Security Council Briefing on the Situation in the Middle East, including the Palestinian Question
Ladies and Gentlemen,
On 15 May, I briefed this Council on the deadly protests that took place in Gaza the day before. At least 60 people were killed and the number continues to climb. It was a tragic day in the long history of the Israeli-Palestinian conflict, another reminder of the need to bring peace to this troubled land.
It was also a reminder of how easily violence in Gaza flares up. It was a reminder that Gaza is on the verge of collapse, that its people – who have lived for more than a decade under the control of Hamas, with crippling Israeli closures and with diminishing hopes for an end to the occupation and a political solution, and who have survived three devastating conflicts – are increasingly desperate.
We must act urgently to avoid another war, to alleviate the suffering of the people and to empower the Palestinian Government to take up its responsibilities in Gaza.
Following the 14 May violence, the Foreign Ministers of the League of Arab States held an emergency meeting in Cairo and the Organization of Islamic Cooperation held an emergency summit in Istanbul.
I also take note of the adoption of the resolution of the Human Rights Council on 18th of May, which calls for the establishment of a Commission of Inquiry into the events in Gaza.
Let me reiterate what I said last week in this Chamber, by calling on all to join me in condemning in the strongest possible terms the actions that have led to the loss of so many lives in Gaza. Israel has the responsibility to calibrate its use of force, to not use lethal force except as a last resort under imminent threat of death or serious injury. It must protect its citizens, but it must do so proportionally and investigate every incident that has led to a loss of human life.
Hamas, which controls Gaza, must not use the protests as cover to attempt to place bombs at the fence and create provocations; its operatives must not hide among the demonstrators and risk the lives of civilians.
Palestinians have a right to protest peacefully.
As demonstrations are likely to continue into the month of June, I again reiterate our call for all sides to exercise maximum restraint.
In this chamber, Council Members have often spoken of the need to prevent war; and the Secretary-General has made preventive diplomacy the heart of his agenda. It is time for our words to be tested in Gaza.
I have taken note of the request last week by several Member States of the Security Council to bring forward proposals to address the situation in Gaza, in line with our commitment to advance urgent infrastructure and economic development projects, improve access and movement, and support the Egyptian-led reconciliation process.
Gaza’s infrastructure teeters on the verge of total collapse, particularly its electricity and water networks as well as its health system. In the past, implementation of key infrastructure projects has faced significant delays and obstacles. Failure to implement immediately, over the next six to 12 months, a set of modest, achievable projects – already endorsed by all relevant stakeholders, and some already funded – will create an amplified humanitarian crisis with fewer means to address it effectively.
We have all the instruments in place to do address this challenge, we just need to organize them better.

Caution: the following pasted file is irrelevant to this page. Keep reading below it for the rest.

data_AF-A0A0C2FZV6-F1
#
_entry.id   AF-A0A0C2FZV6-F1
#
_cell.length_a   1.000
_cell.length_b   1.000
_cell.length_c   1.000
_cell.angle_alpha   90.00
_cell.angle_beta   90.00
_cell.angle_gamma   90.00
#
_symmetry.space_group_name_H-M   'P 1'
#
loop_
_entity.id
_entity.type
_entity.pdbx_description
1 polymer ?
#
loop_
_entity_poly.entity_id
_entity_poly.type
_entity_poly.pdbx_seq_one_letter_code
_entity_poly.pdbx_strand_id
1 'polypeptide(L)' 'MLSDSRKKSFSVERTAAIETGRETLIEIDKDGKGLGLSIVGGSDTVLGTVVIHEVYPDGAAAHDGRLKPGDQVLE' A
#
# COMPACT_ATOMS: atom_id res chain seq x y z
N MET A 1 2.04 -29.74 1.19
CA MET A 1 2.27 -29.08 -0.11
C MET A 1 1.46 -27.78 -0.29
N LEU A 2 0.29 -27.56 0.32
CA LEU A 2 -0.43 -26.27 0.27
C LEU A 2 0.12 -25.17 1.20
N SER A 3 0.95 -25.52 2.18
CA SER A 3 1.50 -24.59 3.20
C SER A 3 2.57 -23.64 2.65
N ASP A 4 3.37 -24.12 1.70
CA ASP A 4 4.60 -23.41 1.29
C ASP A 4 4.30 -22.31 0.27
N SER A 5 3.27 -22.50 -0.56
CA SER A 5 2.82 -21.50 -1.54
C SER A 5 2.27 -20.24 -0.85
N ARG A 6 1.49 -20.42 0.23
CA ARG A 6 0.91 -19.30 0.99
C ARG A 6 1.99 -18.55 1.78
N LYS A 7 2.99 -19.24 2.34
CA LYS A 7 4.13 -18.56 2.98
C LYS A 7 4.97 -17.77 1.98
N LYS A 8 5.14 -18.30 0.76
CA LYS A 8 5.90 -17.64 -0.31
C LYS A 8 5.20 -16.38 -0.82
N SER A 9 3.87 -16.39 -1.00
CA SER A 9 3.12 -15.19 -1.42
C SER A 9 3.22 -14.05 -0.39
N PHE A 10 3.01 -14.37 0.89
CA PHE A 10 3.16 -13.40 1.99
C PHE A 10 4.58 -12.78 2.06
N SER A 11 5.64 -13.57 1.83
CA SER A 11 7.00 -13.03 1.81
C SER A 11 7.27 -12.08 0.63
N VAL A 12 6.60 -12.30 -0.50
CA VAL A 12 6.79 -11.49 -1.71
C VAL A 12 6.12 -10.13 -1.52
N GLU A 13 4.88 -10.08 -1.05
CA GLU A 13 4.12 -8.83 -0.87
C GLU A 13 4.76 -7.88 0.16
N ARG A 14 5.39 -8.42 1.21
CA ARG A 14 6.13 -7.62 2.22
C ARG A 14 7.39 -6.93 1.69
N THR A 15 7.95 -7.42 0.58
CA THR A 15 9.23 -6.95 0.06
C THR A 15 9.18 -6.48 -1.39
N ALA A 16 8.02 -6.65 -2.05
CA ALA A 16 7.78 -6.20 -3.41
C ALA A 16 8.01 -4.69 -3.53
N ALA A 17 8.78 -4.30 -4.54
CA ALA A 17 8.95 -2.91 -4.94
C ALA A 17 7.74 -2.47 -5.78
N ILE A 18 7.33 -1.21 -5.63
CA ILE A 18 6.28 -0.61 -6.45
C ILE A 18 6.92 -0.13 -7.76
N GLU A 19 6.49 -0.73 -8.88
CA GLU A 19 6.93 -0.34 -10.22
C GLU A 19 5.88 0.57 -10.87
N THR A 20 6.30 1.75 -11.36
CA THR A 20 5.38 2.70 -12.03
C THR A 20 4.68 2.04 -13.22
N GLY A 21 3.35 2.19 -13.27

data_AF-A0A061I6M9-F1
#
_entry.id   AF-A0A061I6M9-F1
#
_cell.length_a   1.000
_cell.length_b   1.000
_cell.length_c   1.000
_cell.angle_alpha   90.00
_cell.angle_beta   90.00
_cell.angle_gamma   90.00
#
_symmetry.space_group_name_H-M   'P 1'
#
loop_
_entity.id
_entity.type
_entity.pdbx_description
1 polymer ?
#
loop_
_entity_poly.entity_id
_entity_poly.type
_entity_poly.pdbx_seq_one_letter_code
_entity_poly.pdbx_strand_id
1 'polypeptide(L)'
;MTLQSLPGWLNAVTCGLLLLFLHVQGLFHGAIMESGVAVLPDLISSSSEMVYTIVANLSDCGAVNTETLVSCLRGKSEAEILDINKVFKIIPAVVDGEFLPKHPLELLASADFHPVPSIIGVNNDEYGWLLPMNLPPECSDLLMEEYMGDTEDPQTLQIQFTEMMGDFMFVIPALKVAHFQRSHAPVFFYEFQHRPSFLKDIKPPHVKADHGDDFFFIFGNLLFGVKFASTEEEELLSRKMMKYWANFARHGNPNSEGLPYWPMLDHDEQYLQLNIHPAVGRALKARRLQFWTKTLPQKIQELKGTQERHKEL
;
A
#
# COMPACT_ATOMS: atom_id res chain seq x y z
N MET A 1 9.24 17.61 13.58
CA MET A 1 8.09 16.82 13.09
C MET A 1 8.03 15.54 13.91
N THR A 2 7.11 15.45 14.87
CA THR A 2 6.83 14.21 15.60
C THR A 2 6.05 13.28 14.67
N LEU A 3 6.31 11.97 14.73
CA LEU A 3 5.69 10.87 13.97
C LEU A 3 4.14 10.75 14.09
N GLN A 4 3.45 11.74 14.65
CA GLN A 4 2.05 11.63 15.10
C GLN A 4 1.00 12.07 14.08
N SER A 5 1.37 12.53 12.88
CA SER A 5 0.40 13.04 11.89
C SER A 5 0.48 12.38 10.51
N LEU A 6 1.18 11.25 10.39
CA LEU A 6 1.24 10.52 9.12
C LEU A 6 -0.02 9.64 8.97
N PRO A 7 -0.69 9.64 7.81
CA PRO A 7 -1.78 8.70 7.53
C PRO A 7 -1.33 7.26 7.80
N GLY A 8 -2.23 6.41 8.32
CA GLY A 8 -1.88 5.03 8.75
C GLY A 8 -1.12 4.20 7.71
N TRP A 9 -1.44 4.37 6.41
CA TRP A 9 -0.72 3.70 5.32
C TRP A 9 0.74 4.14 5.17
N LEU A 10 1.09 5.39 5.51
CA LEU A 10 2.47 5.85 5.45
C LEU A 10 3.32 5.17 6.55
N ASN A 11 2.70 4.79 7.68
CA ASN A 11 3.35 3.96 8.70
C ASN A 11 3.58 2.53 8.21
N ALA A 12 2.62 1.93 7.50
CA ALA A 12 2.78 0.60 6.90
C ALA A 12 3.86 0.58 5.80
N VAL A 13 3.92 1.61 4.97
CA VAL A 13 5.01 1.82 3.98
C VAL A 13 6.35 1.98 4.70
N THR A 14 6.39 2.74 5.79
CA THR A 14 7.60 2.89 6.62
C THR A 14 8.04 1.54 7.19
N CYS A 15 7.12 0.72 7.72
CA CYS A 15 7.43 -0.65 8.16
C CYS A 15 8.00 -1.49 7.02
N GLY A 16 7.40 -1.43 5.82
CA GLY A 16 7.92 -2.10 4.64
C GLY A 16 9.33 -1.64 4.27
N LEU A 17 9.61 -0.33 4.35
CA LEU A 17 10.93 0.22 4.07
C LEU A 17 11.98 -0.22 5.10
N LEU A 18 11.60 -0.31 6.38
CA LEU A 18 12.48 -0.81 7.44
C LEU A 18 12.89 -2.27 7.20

As such, I plan to take the following actions:
First, prioritize projects identified and agreed over the past two years by the Ad-hoc Liaison Committee (AHLC).
Second, to adopt a Fast Track modality, with an enhanced UN project management capacity, to speed up implementation of these projects on the ground in Gaza.
Third, strengthen our close coordination with the Palestinian Authority, with Israel, with Egypt to overcome any political, administrative and logistical blockages that may emerge.
The condition for success Madame President, and let me be very clear, is that the ceasefire achieved in 2014 be observed and that all factions in Gaza refrain from illicit arms build-up and militant activity on the ground.
If we are able to move quickly, we will reduce the chances of military confrontation and another devastating conflict. We will create the conditions for relaxing movement and access restrictions and preserve the fraying links between Gaza and the West Bank. We will also support Egyptian reconciliation efforts. And, most importantly perhaps, we will provide much needed breathing space for ordinary Gazans.
Ultimately, these efforts are meant to strengthen – not replace – overarching political objectives: the unification of Gaza and the West Bank under a single, democratic and legitimate Palestinian authority, in line with Quartet Principles; and an end to the occupation and resolution of the wider Israeli-Palestinian conflict.
We are currently discussing with key stakeholders how to move forward on this strategy.
I am encouraged by the positive engagement by all.
I particularly welcome Egyptian President Al-Sisi’s decision to maintain the opening of Rafah Crossing throughout the holy month of Ramadan. This is an important step and I hope that the security situation will allow for more regular movement through the crossing.
I also want to acknowledge Israel’s efforts to ensure the delivery of goods to Gaza, despite the serious damage done at the Kerem Shalom crossing by protesters during the recent weeks. I look forward to further measures that will enable an increase in the entry of goods and stimulate economic activity.
I also welcome the decision by the Palestinian Government to provide critical medical supplies and doctors to Gaza after the tragic events of May 14 as well as their engagement with the UN on facilitating much needed deliveries to Gaza.
The AHLC has identified several critical projects aimed at ensuring a long-term future for Gaza, and I am encouraged by ongoing work with our partners to prioritize a shortlist of key projects based on the conclusions of our recent meetings in Cairo, in Washington and in Brussels.
We are engaged constructively with Israel, the Palestinian Government and with Egypt to discuss how to improve coordination and move forward.
I also urge the international community to generously support these goals, both financially and politically. Progress is reliant on the coordinated action and sustained commitment of all stakeholders.